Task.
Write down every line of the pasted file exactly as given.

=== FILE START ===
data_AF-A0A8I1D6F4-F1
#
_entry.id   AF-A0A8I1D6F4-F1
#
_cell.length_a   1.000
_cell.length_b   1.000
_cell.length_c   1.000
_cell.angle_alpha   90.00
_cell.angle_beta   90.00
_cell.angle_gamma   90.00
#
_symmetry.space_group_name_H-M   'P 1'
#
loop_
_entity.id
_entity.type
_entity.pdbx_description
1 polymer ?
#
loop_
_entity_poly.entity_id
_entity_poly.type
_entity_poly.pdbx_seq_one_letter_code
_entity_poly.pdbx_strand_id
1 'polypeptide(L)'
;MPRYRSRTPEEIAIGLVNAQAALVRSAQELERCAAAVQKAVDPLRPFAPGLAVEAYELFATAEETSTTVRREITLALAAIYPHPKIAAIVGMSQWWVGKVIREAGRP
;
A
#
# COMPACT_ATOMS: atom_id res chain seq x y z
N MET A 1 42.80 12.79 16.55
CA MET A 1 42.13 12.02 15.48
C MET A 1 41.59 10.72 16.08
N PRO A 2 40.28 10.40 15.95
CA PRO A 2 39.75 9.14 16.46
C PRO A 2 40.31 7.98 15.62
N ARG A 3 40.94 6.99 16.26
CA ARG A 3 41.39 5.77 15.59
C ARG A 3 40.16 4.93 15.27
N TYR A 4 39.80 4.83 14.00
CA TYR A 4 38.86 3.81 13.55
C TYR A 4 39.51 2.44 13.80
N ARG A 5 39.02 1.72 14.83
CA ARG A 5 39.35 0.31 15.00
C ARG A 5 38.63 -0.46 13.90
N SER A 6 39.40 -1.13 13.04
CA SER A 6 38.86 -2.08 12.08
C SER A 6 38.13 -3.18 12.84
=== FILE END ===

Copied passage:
data_AF-A0A8I1D6F4-F1
#
_entry.id   AF-A0A8I1D6F4-F1
#
_cell.length_a   1.000
_cell.length_b   1.000
_cell.length_c   1.000
_cell.angle_alpha   90.00
_cell.angle_beta   90.00
_cell.angle_gamma   90.00
#
_symmetry.space_group_name_H-M   'P 1'
#
loop_
_entity.id
_entity.type
_entity.pdbx_description
1 polymer ?
#
loop_
_entity_poly.entity_id
_entity_poly.type
_entity_poly.pdbx_seq_one_letter_code
_entity_poly.pdbx_strand_id
1 'polypeptide(L)'
;MPRYRSRTPEEIAIGLVNAQAALVRSAQELERCAAAVQKAVDPLRPFAPGLAVEAYELFATAEETSTTVRREITLALAAIYPHPKIAAIVGMSQWWVGKVIREAGRP
;
A
#
# COMPACT_ATOMS: atom_id res chain seq x y z
N MET A 1 42.80 12.79 16.55
CA MET A 1 42.13 12.02 15.48
C MET A 1 41.59 10.72 16.08
N PRO A 2 40.28 10.40 15.95
CA PRO A 2 39.75 9.14 16.46
C PRO A 2 40.31 7.98 15.62
N ARG A 3 40.94 6.99 16.26
CA ARG A 3 41.39 5.77 15.59
C ARG A 3 40.16 4.93 15.27
N TYR A 4 39.80 4.83 14.00
CA TYR A 4 38.86 3.81 13.55
C TYR A 4 39.51 2.44 13.80
N ARG A 5 39.02 1.72 14.83
CA ARG A 5 39.35 0.31 15.00
C ARG A 5 38.63 -0.46 13.90
N SER A 6 39.40 -1.13 13.04
CA SER A 6 38.86 -2.08 12.08
C SER A 6 38.13 -3.18 12.84